I was going to write a lengthy post about Dr. Tawfik Hamid, who spoke last night to a full house in the auditorium of Beth Tzedec Synagogue. (I took copious notes). I was going to say how refreshing--almost shocking--it was to hear an Arab stand up in public and commend the state of Israel, a land that is so respectful of its Muslim minority that it puts Arabic on its street signs and money. (Dr. Hamid commented re the fraudulent apartheid charge that if Israel were really the hateful, prejudiced place its critics claim it is, then why are Arabs always clamouring to get in, not out?) I was going to herald the way he didn't try to fudge the truth about Islam--how he didn't fall back on that "the true jihad is an internal struggle to follow God's path" palavar; how he admitted that "radicalism," including the propensity to slander Jews as "pigs and monkeys" isn't a fringe deal, but is mainstream, run of the mill, everyday Islam. I was going to mention the three factors that lured him, when he was a young medical student in Cairo, into the embrace of the campus chapter of Jamaa Islamiya, not the least of which was the opportunity to hook up posthumously with 72 hot-to-trot lovelies (an opportunity denied him in life because, as an unmarried practising Sunni, he wasn't allowed to get his ya-yas off with flesh and blood females; Shias, as he explained, are rarely enticed to become human bombs with the virgins payoff because they have that "temporary marriage" loophole).
I was going to delve into all the above--and more. But since Dr. Hamid's "solution" for Islam's mainstream madness is to appeal to young Muslims' "critical thinking," reinterpret holy texts such that the violent passages are not seen to pertain to present day kafirs (thus providing a theological basis for a non-threatening, defanged form of Islam), and embark on what I predict will be a fruitless seach to find influential imams to back his efforts, much as I admire the man's honesty, passion and bravery, I can't help feeling that, in terms of sheer numbers (there's only one of him and, what?, 1.6 billion or so other members of the ummah) he's attempting the impossible. But, hey, I've never been one to tilt at windmills, so why listen to me?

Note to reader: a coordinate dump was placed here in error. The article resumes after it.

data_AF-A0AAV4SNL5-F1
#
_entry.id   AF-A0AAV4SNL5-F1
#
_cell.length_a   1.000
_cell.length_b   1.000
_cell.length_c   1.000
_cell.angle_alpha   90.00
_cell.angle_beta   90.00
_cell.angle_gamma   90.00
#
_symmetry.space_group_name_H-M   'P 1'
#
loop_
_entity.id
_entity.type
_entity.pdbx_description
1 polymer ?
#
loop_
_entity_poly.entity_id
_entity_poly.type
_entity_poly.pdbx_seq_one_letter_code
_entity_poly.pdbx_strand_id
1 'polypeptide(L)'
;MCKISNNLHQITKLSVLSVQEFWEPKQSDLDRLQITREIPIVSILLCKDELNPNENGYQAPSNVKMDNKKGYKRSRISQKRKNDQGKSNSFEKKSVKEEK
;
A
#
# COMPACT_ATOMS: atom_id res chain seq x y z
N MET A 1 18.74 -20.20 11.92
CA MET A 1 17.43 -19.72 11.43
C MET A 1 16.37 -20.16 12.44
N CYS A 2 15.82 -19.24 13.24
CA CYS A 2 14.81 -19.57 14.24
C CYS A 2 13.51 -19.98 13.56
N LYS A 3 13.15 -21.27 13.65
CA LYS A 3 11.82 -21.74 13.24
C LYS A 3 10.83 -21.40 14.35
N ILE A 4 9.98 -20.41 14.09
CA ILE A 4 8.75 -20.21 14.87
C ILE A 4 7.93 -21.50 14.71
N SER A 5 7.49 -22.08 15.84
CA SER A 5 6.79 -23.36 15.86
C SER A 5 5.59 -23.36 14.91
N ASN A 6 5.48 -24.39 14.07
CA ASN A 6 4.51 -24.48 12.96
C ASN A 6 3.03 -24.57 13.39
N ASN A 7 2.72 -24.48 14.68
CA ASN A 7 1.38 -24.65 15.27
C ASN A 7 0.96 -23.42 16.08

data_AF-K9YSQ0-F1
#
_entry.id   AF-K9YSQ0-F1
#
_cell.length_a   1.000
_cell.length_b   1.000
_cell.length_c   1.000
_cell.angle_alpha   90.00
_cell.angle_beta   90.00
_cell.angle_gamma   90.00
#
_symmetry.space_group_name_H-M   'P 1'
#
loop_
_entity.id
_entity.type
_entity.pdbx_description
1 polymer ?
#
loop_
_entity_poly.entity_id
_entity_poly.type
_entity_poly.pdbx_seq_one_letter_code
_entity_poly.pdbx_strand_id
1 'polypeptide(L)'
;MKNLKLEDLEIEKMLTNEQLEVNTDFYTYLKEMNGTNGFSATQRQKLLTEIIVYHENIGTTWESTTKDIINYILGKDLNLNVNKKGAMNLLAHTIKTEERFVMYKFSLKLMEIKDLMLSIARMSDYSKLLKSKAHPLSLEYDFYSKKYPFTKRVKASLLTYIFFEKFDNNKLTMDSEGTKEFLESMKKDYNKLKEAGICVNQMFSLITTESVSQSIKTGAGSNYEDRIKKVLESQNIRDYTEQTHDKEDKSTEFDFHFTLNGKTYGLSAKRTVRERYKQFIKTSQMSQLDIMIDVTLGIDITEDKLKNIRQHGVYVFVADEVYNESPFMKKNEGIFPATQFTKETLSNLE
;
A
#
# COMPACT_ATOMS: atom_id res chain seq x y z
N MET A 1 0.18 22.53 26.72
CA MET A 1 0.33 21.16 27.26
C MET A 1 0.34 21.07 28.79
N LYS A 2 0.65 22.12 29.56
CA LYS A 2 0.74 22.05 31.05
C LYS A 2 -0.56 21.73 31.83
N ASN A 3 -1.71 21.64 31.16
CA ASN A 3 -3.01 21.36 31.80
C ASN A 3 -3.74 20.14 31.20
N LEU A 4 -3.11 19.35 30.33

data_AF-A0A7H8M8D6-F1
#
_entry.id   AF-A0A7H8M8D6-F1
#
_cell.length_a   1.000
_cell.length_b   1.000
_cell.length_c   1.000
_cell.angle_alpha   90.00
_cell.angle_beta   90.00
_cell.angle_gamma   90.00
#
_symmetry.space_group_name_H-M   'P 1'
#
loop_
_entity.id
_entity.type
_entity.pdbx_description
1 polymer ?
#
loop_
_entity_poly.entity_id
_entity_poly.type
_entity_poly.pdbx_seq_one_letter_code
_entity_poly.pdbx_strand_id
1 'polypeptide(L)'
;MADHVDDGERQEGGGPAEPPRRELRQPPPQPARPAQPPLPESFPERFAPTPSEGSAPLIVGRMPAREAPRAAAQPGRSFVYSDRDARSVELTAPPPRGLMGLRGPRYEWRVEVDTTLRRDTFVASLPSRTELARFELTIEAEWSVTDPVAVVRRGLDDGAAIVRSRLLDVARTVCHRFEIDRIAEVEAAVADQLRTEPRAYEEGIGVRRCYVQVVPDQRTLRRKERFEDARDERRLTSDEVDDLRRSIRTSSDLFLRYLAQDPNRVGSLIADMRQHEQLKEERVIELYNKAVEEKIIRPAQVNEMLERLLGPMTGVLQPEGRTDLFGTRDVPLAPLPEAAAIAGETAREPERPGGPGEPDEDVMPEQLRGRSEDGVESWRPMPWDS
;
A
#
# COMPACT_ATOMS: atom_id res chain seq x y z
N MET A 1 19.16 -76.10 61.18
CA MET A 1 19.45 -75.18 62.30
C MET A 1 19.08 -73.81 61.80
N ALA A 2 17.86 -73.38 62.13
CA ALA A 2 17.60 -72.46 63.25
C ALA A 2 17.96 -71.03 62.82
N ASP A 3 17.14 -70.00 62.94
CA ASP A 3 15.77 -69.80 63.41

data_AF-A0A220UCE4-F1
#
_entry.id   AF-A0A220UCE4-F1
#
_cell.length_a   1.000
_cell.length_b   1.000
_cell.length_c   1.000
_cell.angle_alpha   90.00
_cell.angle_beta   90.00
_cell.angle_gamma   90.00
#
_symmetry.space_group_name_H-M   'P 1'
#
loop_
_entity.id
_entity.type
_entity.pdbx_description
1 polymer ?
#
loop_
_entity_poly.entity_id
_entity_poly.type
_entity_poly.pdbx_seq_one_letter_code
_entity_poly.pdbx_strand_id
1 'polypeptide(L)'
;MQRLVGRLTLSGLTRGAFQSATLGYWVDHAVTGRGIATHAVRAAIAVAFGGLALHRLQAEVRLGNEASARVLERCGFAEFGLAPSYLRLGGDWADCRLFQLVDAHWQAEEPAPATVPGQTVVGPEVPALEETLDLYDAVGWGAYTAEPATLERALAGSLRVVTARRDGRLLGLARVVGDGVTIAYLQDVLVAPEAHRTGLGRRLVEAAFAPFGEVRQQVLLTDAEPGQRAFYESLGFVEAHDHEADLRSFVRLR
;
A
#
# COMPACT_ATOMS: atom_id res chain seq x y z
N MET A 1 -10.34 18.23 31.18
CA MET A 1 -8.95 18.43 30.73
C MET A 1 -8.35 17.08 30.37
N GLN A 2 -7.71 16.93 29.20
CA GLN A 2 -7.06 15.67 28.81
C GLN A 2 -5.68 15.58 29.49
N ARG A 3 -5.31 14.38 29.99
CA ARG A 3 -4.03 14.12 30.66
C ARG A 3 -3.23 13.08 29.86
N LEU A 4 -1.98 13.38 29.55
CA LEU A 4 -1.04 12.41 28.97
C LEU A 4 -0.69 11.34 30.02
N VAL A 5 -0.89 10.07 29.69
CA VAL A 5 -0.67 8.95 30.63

Update: Here's Dr. Hamid explaining his "ABCs of Radicalism," a series of questions which reveal whether or not a respondent subscribes to a threatening form of Islam. I suggest it be administered as a pre-condition for participation in any interfaith Kumbaya 'n' Samosas fêtes.
Update: One might have hoped that Beth Tzedec's senior rabbi, Baruch Frydman-Kohl, a chap who's been known to partake in more than a few of those K 'n' S gatherings, would have taken Dr. Hamid's message to heart. Alas, he wrapped up the night's proceedings with some barely comprehensible message about "hermeneutics" (which, unless you'd heard the word before sounded like "Herman Nooticks"--who he?) and how, essentially, we're all the same blah blah blah mushy mushy squish. So don't expect him to use the ABC test on any "interfaith" imam anytime soon.